Memorials dedicated to Prithviraj Chauhan have been constructed in Ajmer and Delhi. A number of movies and television serials have been made on his life. These include the Hindi movie Samrat Prithviraj Chauhan and the Hindi television serial Dharti Ka Veer Yodha Prithviraj Chauhan (2006–2009). The animated movie Veer Yodha Prithviraj Chauhan (2008) was released in English, Hindi, Tamil and Telugu languages. He was also one of the first historical figures to be covered in Amar Chitra Katha (No. 25). Many of these modern retellings depict Prithviraj as a flawless hero, and emphasize a message of Hindu national unity.
Bhuvanaikamalla, the paternal uncle of Prithviraj's mother, was another important minister during this time. According to Prithviraja Vijaya, he was a valiant general who served Prithviraj as Garuda serves Vishnu. The text also states that he was "proficient in the art of subduing nāgas". According to the 15th-century Historian Jonaraja, "naga" here refers to elephants. However, Har Bilas Sarda interpreted Naga as the name of a tribe, and theorized that Bhuvanaikamalla defeated this tribe.
The 13th-century Persian Historian Minhaj-i-Siraj states that Prithviraj was "sent to hell" after being captured. The 16th-century Historian Firishta also supports this account. According to Historian Satish Chandra, Minhaj's account suggests that Prithviraj was executed immediately after his defeat, but R. B. Singh believes that no such conclusion can be drawn from Minhaj's writings. Viruddha-Vidhi Vidhvansa by the Hindu Writer Lakshmidhara claims that Prithviraj was killed on the battlefield.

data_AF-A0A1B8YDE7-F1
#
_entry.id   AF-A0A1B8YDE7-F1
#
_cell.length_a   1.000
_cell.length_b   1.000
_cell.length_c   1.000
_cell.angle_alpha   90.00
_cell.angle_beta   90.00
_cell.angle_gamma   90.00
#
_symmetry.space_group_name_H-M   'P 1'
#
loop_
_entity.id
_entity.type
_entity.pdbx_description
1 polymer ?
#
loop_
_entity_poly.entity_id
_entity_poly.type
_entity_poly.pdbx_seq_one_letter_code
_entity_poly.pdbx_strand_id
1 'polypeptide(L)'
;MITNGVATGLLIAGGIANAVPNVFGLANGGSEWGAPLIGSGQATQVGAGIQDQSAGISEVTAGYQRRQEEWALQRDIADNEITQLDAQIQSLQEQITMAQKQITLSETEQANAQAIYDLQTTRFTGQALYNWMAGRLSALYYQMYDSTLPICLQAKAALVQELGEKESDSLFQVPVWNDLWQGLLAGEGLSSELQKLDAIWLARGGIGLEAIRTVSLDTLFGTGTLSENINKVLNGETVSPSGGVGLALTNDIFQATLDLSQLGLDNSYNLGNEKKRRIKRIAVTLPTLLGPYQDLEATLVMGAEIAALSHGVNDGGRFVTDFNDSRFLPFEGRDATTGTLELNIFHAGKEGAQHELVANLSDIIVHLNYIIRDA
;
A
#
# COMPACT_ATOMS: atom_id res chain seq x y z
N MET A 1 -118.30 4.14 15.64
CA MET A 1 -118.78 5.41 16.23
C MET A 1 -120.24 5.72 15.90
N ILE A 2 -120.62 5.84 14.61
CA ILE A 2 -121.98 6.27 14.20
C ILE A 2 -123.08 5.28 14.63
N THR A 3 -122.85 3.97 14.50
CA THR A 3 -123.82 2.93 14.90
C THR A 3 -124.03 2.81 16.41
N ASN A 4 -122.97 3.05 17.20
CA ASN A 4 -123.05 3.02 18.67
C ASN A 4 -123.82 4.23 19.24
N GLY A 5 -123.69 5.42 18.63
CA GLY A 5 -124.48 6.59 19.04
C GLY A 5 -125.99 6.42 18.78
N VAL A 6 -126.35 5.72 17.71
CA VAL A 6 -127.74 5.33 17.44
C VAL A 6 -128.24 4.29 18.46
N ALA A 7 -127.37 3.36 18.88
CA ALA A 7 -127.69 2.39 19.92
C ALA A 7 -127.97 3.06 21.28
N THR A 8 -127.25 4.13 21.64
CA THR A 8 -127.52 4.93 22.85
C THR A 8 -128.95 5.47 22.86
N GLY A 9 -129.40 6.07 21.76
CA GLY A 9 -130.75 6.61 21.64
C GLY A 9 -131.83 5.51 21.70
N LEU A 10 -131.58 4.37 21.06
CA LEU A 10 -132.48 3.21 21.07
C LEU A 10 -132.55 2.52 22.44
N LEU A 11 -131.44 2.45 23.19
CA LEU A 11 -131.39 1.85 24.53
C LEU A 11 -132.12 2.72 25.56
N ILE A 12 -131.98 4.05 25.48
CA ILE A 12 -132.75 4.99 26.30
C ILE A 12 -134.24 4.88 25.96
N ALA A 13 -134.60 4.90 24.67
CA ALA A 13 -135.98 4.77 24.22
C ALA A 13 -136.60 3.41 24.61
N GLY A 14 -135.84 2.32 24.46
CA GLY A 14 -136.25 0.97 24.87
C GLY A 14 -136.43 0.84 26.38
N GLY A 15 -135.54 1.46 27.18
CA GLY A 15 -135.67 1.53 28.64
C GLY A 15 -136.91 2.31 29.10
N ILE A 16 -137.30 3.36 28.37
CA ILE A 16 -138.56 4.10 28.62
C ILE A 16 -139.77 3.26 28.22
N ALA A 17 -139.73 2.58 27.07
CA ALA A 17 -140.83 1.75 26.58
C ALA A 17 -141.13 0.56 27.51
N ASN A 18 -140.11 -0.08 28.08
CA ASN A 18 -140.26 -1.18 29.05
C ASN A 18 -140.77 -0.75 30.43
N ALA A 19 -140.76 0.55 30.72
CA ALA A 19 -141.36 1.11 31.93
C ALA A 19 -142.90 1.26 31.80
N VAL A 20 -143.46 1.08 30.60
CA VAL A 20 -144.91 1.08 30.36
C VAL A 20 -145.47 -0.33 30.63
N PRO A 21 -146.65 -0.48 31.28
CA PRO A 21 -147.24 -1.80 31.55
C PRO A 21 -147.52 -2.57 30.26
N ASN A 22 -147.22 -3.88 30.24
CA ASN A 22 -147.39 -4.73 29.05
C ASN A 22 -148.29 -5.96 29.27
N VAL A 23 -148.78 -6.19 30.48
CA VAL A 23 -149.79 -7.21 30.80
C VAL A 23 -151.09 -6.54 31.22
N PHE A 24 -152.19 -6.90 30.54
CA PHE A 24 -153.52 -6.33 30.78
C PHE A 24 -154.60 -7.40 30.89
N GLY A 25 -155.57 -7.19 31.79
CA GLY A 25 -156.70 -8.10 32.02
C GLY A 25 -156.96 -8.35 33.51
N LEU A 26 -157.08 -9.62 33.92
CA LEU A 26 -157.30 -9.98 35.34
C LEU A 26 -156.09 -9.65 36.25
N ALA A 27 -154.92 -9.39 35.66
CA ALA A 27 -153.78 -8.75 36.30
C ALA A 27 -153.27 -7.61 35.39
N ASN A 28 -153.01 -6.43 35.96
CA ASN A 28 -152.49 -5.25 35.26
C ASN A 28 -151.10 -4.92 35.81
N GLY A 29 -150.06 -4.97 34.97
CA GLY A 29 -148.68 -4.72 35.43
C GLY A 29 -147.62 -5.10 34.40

After his death, Prithviraj came to be portrayed as a patriotic Hindu warrior who fought against Muslim enemies. He is remembered as a king whose reign separated the two major epochs of Indian history. His dynasty was Classified as one of the Rajput clans in the later period, although the "Rajput" identity did not exist during his time. The 16th century legends describe him as the ruler of India's political centre Delhi (rather than Ajmer, which was his actual capital). For Example, Abul Fazl's Ain-i-Akbari does not associate the Chahamana dynasty with Ajmer at all. Prithviraj's association with Delhi in these legends further strengthened his status as a symbol of pre-Islamic Indian power.
Prithviraj has been described as "the last Hindu emperor" in eulogies. This designation is inaccurate, as several stronger Hindu rulers flourished in South India after him, and even some contemporary Hindu rulers in northern India were at least as powerful as him. Nevertheless, the 19th century British officer James Tod repeatedly used this term to describe Prithviraj Chauhan in his Annals and Antiquities of Rajas'han. Tod was influenced by the medieval Persian language Muslim accounts, which present Prithviraj as a major ruler and portray his defeat as a major milestone in the Islamic conquest of India. After Tod, several narratives continued to describe Prithviraj as "the last Hindu emperor".